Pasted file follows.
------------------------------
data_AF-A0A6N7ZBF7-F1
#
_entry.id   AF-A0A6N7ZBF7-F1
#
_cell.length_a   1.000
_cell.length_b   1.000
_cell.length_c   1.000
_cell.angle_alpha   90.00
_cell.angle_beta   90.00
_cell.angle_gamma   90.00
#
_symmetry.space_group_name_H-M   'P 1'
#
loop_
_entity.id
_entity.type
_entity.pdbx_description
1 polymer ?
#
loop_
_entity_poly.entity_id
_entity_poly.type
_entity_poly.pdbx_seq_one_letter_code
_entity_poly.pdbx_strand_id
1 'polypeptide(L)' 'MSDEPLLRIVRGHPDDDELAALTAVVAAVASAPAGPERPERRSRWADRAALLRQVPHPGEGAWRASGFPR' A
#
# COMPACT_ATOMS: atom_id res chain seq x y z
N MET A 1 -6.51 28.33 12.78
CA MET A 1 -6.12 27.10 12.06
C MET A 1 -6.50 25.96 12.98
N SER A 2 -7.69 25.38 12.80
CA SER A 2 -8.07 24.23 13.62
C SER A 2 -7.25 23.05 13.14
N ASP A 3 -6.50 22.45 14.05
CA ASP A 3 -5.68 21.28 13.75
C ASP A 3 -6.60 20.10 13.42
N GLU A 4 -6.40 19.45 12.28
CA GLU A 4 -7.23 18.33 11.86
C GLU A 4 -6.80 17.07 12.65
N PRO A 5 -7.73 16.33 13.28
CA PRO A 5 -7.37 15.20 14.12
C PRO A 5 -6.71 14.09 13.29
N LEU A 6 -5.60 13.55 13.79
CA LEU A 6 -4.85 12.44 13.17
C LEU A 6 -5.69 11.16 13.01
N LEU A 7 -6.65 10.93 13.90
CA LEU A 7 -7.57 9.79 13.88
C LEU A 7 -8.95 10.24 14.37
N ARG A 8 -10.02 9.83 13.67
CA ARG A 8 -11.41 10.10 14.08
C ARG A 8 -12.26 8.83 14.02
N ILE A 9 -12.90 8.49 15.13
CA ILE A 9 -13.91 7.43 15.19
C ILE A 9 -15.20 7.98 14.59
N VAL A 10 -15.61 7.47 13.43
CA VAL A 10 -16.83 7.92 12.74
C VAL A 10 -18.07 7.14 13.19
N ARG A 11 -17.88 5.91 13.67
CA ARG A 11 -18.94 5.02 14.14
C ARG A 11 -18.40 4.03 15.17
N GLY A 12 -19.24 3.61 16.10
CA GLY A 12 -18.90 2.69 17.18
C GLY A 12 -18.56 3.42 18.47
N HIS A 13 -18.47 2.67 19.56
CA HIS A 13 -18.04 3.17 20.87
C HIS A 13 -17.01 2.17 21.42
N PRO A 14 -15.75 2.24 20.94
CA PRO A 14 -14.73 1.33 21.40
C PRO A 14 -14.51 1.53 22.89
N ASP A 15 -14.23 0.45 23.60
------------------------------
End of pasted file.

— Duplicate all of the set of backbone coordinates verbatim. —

data_AF-A0A6N7ZBF7-F1
#
_entry.id   AF-A0A6N7ZBF7-F1
#
_cell.length_a   1.000
_cell.length_b   1.000
_cell.length_c   1.000
_cell.angle_alpha   90.00
_cell.angle_beta   90.00
_cell.angle_gamma   90.00
#
_symmetry.space_group_name_H-M   'P 1'
#
loop_
_entity.id
_entity.type
_entity.pdbx_description
1 polymer ?
#
loop_
_entity_poly.entity_id
_entity_poly.type
_entity_poly.pdbx_seq_one_letter_code
_entity_poly.pdbx_strand_id
1 'polypeptide(L)' 'MSDEPLLRIVRGHPDDDELAALTAVVAAVASAPAGPERPERRSRWADRAALLRQVPHPGEGAWRASGFPR' A
#
# COMPACT_ATOMS: atom_id res chain seq x y z
N MET A 1 -6.51 28.33 12.78
CA MET A 1 -6.12 27.10 12.06
C MET A 1 -6.50 25.96 12.98
N SER A 2 -7.69 25.38 12.80
CA SER A 2 -8.07 24.23 13.62
C SER A 2 -7.25 23.05 13.14
N ASP A 3 -6.50 22.45 14.05
CA ASP A 3 -5.68 21.28 13.75
C ASP A 3 -6.60 20.10 13.42
N GLU A 4 -6.40 19.45 12.28
CA GLU A 4 -7.23 18.33 11.86
C GLU A 4 -6.80 17.07 12.65
N PRO A 5 -7.73 16.33 13.28
CA PRO A 5 -7.37 15.20 14.12
C PRO A 5 -6.71 14.09 13.29
N LEU A 6 -5.60 13.55 13.79
CA LEU A 6 -4.85 12.44 13.17
C LEU A 6 -5.69 11.16 13.01
N LEU A 7 -6.65 10.93 13.90
CA LEU A 7 -7.57 9.79 13.88
C LEU A 7 -8.95 10.24 14.37
N ARG A 8 -10.02 9.83 13.67
CA ARG A 8 -11.41 10.10 14.08
C ARG A 8 -12.26 8.83 14.02
N ILE A 9 -12.90 8.49 15.13
CA ILE A 9 -13.91 7.43 15.19
C ILE A 9 -15.20 7.98 14.59
N VAL A 10 -15.61 7.47 13.43
CA VAL A 10 -16.83 7.92 12.74
C VAL A 10 -18.07 7.14 13.19
N ARG A 11 -17.88 5.91 13.67
CA ARG A 11 -18.94 5.02 14.14
C ARG A 11 -18.40 4.03 15.17
N GLY A 12 -19.24 3.61 16.10
CA GLY A 12 -18.90 2.69 17.18
C GLY A 12 -18.56 3.42 18.47
N HIS A 13 -18.47 2.67 19.56
CA HIS A 13 -18.04 3.17 20.87
C HIS A 13 -17.01 2.17 21.42
N PRO A 14 -15.75 2.24 20.94
CA PRO A 14 -14.73 1.33 21.40
C PRO A 14 -14.51 1.53 22.89
N ASP A 15 -14.23 0.45 23.60